Hi from Sophie
If you are struggling to lose weight, there's no shortage of diet and exercise advice out there.
Whether it's high carb, low fat, or calorie counting, research studies show that most people who go on a 'diet' will end up putting most of the weight back on.
But what if your focus shifted from what you eat, to how and why you are eating?
That's the philosophy behind Dr Helena Popovic's book 'Neuroslimming."
She takes a new approach which I really like.
It uses the power of your brain and mind to reframe your thinking about food.
We met up for lunch recently to talk about her ideas.
"First of all, you have to convince people it is possible to change their mindset and food preferences," she said.
Her philosophy that 'we are not what we eat' aims to take the guilt and shame out of food.
"There are no intrinsically good or bad foods," she said.
If you eat mindfully and guilt free, nothing is off limits.
"It simply doesn't work to ban foods and food groups as you will end up craving it," Helena says.
What works is mindful eating.
For example If you want to have chocolate, pick a small serving of the best dark chocolate and savour it
And when it comes to your diet, instead of thinking what you will miss out on, think 'what can I add in to my diet to make me feel better and healthier."
It's a novel concept to get your head around.
But by reframing your thinking, you can take overcome your own set beliefs and self image.
Like me, Helena has always been interested in food and psychology.
And she has her own story.
"My experience was binge eating and over exercising, so when people talk about craving certain foods, I can understand where they are coming from," Helena says.
It came to a head when she was helping her best friend, whose husband was dying from a brain tumour.
"When he died, it was at that point I thought why am I treating my body and my health this way," she says.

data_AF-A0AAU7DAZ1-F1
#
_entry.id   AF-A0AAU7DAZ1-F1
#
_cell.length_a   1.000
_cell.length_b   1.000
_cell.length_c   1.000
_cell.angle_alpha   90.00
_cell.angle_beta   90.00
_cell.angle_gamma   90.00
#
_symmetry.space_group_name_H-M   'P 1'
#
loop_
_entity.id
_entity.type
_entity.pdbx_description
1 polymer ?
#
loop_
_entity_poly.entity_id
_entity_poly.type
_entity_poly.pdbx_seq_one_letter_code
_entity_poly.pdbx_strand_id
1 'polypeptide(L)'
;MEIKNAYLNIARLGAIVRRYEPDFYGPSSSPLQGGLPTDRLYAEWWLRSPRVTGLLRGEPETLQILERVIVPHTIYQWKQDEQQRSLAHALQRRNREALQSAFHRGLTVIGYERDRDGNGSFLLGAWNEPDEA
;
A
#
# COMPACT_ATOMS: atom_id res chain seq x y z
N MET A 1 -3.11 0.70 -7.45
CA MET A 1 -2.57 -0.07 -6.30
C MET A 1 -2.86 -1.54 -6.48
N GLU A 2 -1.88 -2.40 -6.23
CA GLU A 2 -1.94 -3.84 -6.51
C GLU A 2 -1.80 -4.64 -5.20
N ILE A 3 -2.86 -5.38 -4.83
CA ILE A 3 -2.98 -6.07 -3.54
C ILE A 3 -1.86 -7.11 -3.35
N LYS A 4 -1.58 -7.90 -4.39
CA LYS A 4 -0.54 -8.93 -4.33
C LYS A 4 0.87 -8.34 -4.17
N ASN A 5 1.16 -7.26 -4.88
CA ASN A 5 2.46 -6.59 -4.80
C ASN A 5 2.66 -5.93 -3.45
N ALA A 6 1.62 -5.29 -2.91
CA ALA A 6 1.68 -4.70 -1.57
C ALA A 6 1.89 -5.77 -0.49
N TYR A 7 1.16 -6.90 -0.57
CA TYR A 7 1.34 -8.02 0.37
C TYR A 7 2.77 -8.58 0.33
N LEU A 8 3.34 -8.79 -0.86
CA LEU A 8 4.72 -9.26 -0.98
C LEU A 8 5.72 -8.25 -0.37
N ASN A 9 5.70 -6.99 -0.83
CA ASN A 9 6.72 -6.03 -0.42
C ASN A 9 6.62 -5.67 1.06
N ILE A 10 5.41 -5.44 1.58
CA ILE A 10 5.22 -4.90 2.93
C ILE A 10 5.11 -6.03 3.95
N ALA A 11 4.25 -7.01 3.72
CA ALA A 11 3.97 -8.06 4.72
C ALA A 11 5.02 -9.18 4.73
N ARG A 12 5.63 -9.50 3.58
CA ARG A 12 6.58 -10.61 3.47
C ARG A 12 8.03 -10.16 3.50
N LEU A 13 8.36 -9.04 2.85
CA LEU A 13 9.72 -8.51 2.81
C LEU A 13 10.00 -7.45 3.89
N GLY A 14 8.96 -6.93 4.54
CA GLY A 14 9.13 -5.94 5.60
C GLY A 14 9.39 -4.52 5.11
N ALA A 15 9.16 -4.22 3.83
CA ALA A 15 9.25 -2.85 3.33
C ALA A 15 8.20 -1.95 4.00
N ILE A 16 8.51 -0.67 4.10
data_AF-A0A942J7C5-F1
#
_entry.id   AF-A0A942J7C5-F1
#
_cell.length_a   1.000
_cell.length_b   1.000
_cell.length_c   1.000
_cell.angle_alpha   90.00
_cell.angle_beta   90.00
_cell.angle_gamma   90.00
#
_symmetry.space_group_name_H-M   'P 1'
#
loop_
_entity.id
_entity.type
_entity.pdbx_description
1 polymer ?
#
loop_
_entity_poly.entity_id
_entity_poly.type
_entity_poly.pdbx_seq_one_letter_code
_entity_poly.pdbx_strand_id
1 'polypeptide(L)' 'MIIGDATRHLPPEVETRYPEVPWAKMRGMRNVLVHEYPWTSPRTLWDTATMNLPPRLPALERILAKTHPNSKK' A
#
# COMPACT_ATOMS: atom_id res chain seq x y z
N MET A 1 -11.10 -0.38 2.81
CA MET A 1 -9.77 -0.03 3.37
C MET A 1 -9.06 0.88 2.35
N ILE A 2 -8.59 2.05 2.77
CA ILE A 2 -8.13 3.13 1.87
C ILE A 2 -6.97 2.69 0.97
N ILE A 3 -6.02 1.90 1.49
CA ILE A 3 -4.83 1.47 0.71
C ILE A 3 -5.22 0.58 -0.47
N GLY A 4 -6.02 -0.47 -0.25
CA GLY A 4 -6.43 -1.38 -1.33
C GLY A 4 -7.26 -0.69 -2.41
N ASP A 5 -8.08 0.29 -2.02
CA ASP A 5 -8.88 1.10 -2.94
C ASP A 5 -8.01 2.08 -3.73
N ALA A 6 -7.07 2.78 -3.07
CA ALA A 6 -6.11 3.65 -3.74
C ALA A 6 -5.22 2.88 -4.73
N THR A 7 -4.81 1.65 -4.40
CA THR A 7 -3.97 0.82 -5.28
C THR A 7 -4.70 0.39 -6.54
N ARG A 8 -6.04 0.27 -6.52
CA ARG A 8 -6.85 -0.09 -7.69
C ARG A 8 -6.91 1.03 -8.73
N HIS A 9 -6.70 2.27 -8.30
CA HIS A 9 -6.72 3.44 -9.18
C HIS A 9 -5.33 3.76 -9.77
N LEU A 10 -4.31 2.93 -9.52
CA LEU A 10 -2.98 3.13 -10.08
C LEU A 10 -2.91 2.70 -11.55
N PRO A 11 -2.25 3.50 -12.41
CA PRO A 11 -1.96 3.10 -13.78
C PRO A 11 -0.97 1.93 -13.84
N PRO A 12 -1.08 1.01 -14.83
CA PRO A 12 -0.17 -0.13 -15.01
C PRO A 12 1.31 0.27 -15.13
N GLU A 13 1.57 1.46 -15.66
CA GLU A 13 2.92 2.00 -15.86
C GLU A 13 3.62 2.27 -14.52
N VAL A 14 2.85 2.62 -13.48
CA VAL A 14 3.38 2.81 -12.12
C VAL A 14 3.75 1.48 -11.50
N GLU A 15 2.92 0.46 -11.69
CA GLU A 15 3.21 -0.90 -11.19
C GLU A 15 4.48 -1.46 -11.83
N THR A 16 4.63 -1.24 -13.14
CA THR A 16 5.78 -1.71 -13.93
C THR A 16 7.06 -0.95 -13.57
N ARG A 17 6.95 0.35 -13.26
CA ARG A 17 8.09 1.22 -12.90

"And I resolved there and then to change my mindset. That was the tipping point."
She says she was able to overcome destructive behaviours towards food and exercise but wanted to work out how she had overcome it.
And that's where the brain and neuroscience comes in.
The brain plays a crucial role in the kind of foods we crave.
In particular, processed foods like cheesecake have a combination of sugar snd fat in equal amounts.
"Manufacturers know this, that the brain is affected and sends out dopamine so that we want more and more," she says.
And importantly, there is no real food that contains addictive formulations of sugar and fat.
There are a few key practices to using your brain to change your body.
* Think values not virtues. No food is intrinsically good or bad. The key is making time for what's important, eating healthily, exercise.
* Ask yourself "why". Why do you want to feel better, have more energy, be the best version of yourself.
* Accept yourself .. Many people struggle to like let alone love their body.
Gratitude and appreciation are the first steps to love.
* Focus on the positive. What we focus on is where we will end up.
How can you focus on nourishing your body each day?
Helena uses a quote which I really like, from Viktor Frankl, a psychologist who spent time in a Nazi concentration camp.
In his book, "Man's search for meaning" he wrote: "Everything can be taken away from man but one thing. The last of the human freedoms.. To choose ones attitude in any given set of circumstances."
Whether your goal is to lose weight, become happier or healthier, you can harness the power of your brain and mind to change your attitude.
To read more about Helena, click here: http://www.winningatslimming.com/about-dr-helena/
For more of my thoughts on happiness and brain function, click here: http://www.sophiescott.com.au/store/c1/Featured_Products.html
How can changing your mindset make you happy and healthier?
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